Currently, the most advanced prosthetics on the market use technology that is more than four decades old. The challenge for today’s scientists and engineers is to develop a more dextrous prosthetic limb that can help amputees carry out more of the tasks that others take for granted.
The EU-funded INPUT project focuses on improving the control of the complex upper limb prostheses – such as those for hands and arms – making it more effortless and intuitive. With everyday use in mind, the project team is transferring promising results obtained in laboratory settings into clinically and commercially viable products. To save development time and minimize costs, the researchers have married new technologies with existing prosthetics hardware.
INPUT’s consortium of academic, industrial and clinical partners has made advances in areas such as signal acquisition and processing to improve prosthetic movement. All activities are user focused and include training with amputees.
‘Our project is providing the electronics and software to measure and decode muscle activity,’ said INPUT project coordinator Sebastian Amsüss of Otto Bock Healthcare Products in Austria. ‘We have also come up with training methods to help amputees use the INPUT system, as well as a means to assess how individuals perform tasks when using their prosthetic.’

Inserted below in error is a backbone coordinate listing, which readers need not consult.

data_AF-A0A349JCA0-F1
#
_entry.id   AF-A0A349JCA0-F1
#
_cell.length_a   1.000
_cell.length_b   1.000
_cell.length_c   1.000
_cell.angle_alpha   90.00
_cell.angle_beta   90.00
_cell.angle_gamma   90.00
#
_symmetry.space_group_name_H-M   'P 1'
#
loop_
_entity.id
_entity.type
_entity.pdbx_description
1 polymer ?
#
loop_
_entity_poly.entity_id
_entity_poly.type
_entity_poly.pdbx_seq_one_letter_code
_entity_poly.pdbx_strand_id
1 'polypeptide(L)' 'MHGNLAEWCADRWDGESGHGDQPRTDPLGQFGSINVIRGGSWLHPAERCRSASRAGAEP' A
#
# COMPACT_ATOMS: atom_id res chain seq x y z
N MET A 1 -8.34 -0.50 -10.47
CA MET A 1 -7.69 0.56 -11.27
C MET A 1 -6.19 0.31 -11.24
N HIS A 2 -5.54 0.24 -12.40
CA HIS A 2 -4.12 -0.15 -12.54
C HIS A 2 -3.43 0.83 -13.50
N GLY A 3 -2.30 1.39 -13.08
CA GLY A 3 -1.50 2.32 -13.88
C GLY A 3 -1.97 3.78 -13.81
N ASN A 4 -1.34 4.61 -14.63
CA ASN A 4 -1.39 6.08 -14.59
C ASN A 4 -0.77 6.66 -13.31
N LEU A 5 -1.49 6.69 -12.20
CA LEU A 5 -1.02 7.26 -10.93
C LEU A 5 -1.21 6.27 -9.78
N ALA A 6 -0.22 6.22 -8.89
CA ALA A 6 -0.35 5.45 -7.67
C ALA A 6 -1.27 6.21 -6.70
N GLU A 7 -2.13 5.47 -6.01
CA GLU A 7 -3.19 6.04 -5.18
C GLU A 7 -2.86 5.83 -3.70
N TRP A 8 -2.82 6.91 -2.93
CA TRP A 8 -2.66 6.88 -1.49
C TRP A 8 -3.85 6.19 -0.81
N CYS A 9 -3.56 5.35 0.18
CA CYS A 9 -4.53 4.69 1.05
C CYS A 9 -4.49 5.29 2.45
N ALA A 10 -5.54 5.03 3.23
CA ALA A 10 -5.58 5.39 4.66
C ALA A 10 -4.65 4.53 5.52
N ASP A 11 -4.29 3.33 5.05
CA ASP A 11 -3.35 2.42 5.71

Although the project does not finish until 2020, solid results have already been achieved. In an important breakthrough, the team has designed an electrode liner.
‘The liner is like a sleeve that is put over the existing part of a limb – for example the forearm of someone who has lost a hand,’ explains Amsüss. ‘It contains all the electrodes and electronics necessary to measure muscle activity. We have managed to make a liner of reliable quality and consistent thickness – and we can make it in different sizes.’
INPUT has also developed a new pattern recognition algorithm and related software, which are used to decode muscle activity. These innovations allow muscle signals from the residual limb that are picked up by the electrode liner to be processed into movement commands. This artificial neural network vastly outperforms anything currently on the market.
Training is key to ensuring that INPUT produces technology that is practical, robust and meets the needs of users. To that end, the project has developed two games that allow prosthetic users to get used to their control devices.
One involves collecting boxes and controlling a ball on paths that become narrower as the user advances. The other tests the ability to grip and catch falling objects. In addition, a mobile body tracking application has been developed to quantify how someone using the INPUT devices performs a task compared to non-amputees.
INPUT is now running a large clinical study to compare its technologies to the state-of-the-art in arm prosthetics.
‘Clinical insight and use of the INPUT system with real amputees is a key factor for successful implementation, validation and ultimately commercial adoption of prosthetic devices,’ says Amsüss. ‘We have already enrolled seven people and are targeting a total of around 20 to 25. In the field of arm prosthetics this is a large study – 95 % of all research papers published have one to three people.’
The project team is preparing to commercialize some of the products emerging from INPUT, such as the electrode liner, the games and the recognition algorithm.